Certain pheno- and genotype properties of S. typhimurium and some other representatives of Enterobacteriaceae resistant to antimicrobial drugs were studied. The strains were isolated from children with salmonellosis within 4 months when an infection hospital was subjected to microbiological observation. It was shown that by their antibiotic resistance, phagovars and molecular weights of the plasmid DNas, the strains S. typhimurium were similar to those isolated during hospital infections. The conjugative plasmids responsible for antibiotic resistance in some strains did not differ in their molecular weights and antibiotic resistance markers. The strains S. typhimurium similar in their pheno- and genotype properties were isolated only from 2 patients which allowed one to consider it possible that the patients were infected by the strains of common genesis. Analysis of nonpathogenic representatives of Enterobacteriaceae isolated from the patients along with the S. typhimurium strains confirmed the fact that the patients were infected with the same pathogenic strain.
PubMed ID
2200370 View in PubMed
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[Analysis of the Nucleotide Sequence of a Cryptic Plasmid from Yersinia pestis Strains in the Central Caucasian High-Mountain Plague Focus].

https://arctichealth.org/en/permalink/ahliterature268183
Source
Genetika. 2015 Jul;51(7):754-8
Publication Type
Article
Date
Jul-2015
Author
E G Oglodin
A V Cherkasov
G A Eroshenko
G N Odinokov
N Yu Shavina
L A Novichkova
V V Kutyrev
Source
Genetika. 2015 Jul;51(7):754-8
Date
Jul-2015
Language
Russian
Publication Type
Article
Keywords
Bacterial Proteins - genetics
Base Composition
Humans
Molecular Sequence Data
Open Reading Frames
Phylogeny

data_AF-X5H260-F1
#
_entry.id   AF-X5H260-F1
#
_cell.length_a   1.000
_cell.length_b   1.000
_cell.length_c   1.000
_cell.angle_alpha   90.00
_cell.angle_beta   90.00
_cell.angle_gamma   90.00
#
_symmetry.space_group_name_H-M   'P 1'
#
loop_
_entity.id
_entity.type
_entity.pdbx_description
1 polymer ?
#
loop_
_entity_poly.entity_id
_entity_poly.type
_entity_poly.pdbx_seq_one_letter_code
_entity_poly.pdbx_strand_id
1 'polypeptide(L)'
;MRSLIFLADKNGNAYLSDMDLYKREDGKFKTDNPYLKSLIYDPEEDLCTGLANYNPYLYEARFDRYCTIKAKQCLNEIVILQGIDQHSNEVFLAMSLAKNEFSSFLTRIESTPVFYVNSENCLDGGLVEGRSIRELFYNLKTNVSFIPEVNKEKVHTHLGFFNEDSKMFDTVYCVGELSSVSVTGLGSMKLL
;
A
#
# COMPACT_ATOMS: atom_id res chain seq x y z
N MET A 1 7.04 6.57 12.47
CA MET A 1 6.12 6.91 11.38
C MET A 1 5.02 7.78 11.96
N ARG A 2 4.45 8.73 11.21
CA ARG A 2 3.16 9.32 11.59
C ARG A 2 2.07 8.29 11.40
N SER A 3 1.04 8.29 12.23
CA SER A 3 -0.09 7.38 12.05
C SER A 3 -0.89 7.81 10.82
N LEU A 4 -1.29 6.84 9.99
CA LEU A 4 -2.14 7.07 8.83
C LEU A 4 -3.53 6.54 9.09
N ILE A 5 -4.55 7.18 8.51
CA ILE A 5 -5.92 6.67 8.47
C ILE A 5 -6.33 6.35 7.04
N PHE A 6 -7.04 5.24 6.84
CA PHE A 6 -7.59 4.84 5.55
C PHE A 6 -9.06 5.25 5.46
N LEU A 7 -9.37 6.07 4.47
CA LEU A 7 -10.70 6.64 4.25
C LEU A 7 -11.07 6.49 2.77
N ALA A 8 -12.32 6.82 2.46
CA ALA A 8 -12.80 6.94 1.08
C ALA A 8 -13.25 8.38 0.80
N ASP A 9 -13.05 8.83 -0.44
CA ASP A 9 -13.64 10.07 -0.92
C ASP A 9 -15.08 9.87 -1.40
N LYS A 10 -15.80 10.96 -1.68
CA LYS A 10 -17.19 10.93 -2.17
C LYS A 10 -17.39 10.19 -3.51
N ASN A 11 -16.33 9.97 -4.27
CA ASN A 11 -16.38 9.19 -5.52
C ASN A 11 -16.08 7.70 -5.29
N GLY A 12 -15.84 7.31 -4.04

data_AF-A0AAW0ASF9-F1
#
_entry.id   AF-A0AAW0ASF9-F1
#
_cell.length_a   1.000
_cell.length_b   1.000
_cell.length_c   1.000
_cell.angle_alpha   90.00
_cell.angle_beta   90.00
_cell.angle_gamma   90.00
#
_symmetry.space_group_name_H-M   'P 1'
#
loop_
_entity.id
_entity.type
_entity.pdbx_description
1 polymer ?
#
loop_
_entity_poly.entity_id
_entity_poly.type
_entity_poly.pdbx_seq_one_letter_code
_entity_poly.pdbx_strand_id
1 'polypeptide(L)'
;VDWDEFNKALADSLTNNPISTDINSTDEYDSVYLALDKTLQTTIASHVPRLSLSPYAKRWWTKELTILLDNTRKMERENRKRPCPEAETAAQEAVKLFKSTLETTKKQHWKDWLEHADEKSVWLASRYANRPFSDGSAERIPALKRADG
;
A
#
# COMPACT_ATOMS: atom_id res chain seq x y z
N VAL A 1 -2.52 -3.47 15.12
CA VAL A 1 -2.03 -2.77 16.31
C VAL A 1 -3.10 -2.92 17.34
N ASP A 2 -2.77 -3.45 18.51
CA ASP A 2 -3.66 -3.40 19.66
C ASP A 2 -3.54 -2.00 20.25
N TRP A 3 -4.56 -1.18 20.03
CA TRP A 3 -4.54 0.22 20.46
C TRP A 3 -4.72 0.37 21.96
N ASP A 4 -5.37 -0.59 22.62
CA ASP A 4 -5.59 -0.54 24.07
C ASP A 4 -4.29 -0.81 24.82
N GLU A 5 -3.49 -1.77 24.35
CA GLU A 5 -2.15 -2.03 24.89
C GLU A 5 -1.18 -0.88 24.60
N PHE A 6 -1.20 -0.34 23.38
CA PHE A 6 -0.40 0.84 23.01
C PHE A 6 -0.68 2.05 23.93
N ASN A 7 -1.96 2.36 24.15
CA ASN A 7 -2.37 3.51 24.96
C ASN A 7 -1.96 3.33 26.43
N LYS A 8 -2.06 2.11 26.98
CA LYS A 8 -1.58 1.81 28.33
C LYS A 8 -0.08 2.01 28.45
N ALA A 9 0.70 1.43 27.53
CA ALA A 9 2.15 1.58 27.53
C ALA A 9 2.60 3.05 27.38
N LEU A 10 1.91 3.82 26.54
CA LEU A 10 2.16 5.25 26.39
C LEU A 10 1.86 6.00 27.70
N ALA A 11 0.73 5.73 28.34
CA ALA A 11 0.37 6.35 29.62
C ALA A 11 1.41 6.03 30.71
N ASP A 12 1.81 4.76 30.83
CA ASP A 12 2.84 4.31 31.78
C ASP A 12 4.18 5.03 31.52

Plague - microbiology
Plasmids - genetics
Russia
Yersinia pestis - genetics - pathogenicity
Abstract
An analysis of a 5.4-kbp cryptic plasmid detected in the course of whole-genome sequencing of the Yersinia pestis medieval biovar isolated in the Russian Central Caucasian high-mountain plague focus was performed. The identification of the nucleotide sequence of this cryptic plasmid and its structural and functional analysis revealed that it contained eight open reading frames, among which the following genes were identified: the rep gene of a replication protein, the virB6 gene of a type-IV secretion system inner membrane protein, the virB5gene of the type-IV secretion system minor pilin, and a number of genes probably associated with secretion and transport. A general analysis of the pCKF plasmid DNA showed that the adenine content was 28.34%, the cytosine content was 20.5%, the guanine content was 17.87%, and that of thymine was 33.28%, while the total G+C content appeared to be 38.38%. The G+C content of the chromosome of the Y pestis strain C-627 is 47.6%, which indicates that the pCKF plasmid was obtained from a microorganism equally-phylogenetically distant from the Yersinia bacteria andany other bacteria from the Enterobacteriaceae family. A comparison of the amino acid sequences.of hypothetical proteins encoded by pCKF plasmid with analogous proteins encoded by other bacteria was carried out. The possible contribution of the pCKF plasmid to the maintenance of the most ancient known phylogenetic line of Y. pestis medieval biovar, 2.MEDO, was discussed.
PubMed ID
26410928 View in PubMed
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An OXA-48-producing Escherichia coli isolated from a Danish patient with no hospitalization abroad.

https://arctichealth.org/en/permalink/ahliterature272600
Source
Infect Dis (Lond). 2015 Aug;47(8):593-5
Publication Type
Article
Date
Aug-2015
Author
Anne Gedebjerg
Henrik Hasman
Christian Møller Sørensen
Mikala Wang
Source
Infect Dis (Lond). 2015 Aug;47(8):593-5
Date
Aug-2015
Language
English
Publication Type
Article
Keywords
Denmark
Drug Resistance, Bacterial - genetics
Egypt
Escherichia coli - enzymology - genetics - isolation & purification
Escherichia coli Infections - microbiology
Escherichia coli Proteins - biosynthesis
Female
Genome, Bacterial
Hospitalization
Humans
Microbial Sensitivity Tests
Middle Aged
Plasmids
Sequence Analysis, DNA
Travel
Turkey
beta-Lactamases - biosynthesis
Abstract
Carbapenemase-producing organisms are disseminating globally and are now emerging as a worrying threat in Scandinavia. Before August 2013, OXA-48-producing organisms had not been detected in Danish patients. Here we report the isolation of an ST746 OXA-48-producing Escherichia coli with the plasmid pOXA-48a carrying the blaOXA-48 gene isolated from a Danish patient without history of hospitalization abroad. The patient reported tourist travel to Egypt and Turkey. The potential acquisition of carbapenemase-producing organisms by ingestion of contaminated food is discussed.
PubMed ID
25751777 View in PubMed
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191 records – page 1 of 20.